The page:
There’s one paragraph though that resonated so deeply with me last night that I’m even tearing up thinking about it. Benji’s sister Adri used to play hockey in a nearby town named Hed. She quit when she was a young teenager just because her mom didn’t like shuffling her back and forth between Beartown and Hed. Well, Adri gets the idea that they should start a girls team. Her and Sune go off on a mission of knocking on peoples’ doors late in the evening and she knocks on one door, a little girl who can bearly reach the handle answers. Adri asks the little girl if shes ever heard of hockey, she nods yes, Adri assk if the girl likes hockey, once again the girl nods yes, Adri asks if she can skate, the girl nods her head no, Adri finally asks if she’d like to learn… the girl does. A page later I read this paragraph:
“None of them sees the first skate of the child who’s the last one out. She’s four years old, a scrawny little kid in gloves that are too big for her, with bruises everyone sees but nobody asks about. Her helmet slips down across her eyes, but the look in them is clear enough.”
Those words. They got right to my heart. If you don’t know about me, I used to play hockey. Initially it was to gain my Dad’s attention, so we had a common ground to talk and I thought that it would make him want to do more things with me since we had something big in common. It didn’t really. He complained about taking me to morning practices and once he almost forgot to pick me up from a practice. That was awesome. But what hockey really did was give me confidence. The first year I played my mom and I were still living with her second husband. He was abusive. I didn’t want to stay at home alone with him and hockey was a way to stay away until later in the evening instead of coming home right after school. It saved my life in that regard. I don’t even want to know what could’ve happened. Here’s some more backstory, my ex-stepdad was a contractor, he owned his own construction company and barely worked in the winter, so oft he was home in the afternoon during the winter months. I never felt right when I was home alone with him. I was always on high alert. Always watching my back. Usually I locked myself in my bedroom and read or tried to play my guitar… just something. Sometimes I’d go down to the shop (it was a second garage where he had a bunch of his table saws and stuff) and play on the piano he had there. Something just to keep my mind busy and away from him.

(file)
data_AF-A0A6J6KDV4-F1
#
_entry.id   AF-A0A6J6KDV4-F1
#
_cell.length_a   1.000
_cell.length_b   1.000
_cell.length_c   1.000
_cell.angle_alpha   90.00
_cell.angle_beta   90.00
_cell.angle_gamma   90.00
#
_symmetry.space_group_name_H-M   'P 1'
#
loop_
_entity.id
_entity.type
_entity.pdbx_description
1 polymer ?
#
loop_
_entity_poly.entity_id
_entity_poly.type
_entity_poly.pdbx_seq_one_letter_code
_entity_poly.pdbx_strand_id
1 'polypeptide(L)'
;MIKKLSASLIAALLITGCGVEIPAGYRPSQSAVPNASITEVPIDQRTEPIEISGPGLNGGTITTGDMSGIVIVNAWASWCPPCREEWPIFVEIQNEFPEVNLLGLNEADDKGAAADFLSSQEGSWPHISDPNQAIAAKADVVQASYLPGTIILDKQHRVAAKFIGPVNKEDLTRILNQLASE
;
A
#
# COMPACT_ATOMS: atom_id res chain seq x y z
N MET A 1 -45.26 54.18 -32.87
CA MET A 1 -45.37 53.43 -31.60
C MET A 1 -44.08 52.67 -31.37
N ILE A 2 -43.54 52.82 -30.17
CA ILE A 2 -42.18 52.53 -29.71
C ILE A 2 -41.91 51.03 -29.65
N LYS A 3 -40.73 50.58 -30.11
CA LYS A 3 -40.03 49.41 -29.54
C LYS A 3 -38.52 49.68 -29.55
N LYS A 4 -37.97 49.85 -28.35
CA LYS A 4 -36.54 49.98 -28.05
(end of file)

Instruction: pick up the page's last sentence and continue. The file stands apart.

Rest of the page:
Hockey saved my life. It gave me a purpose. So that paragraph… that sat heavy on me last night. I started skating at 14, not 4, but damn, did I have determination. I loved that sport and still love it more than anything.
So for me, this book, and everything about it, just filled me with joy. I adored it and its story. Fredrik’s style of writing also made it a very quick read, 7 days to be exact.
If you want to pick up this book, I highly suggest that you do. It’s a great, easy and quick read. You’ll quickly become in love with the characters and what they represent.
Thanks for reading,
Featured photo from Pexels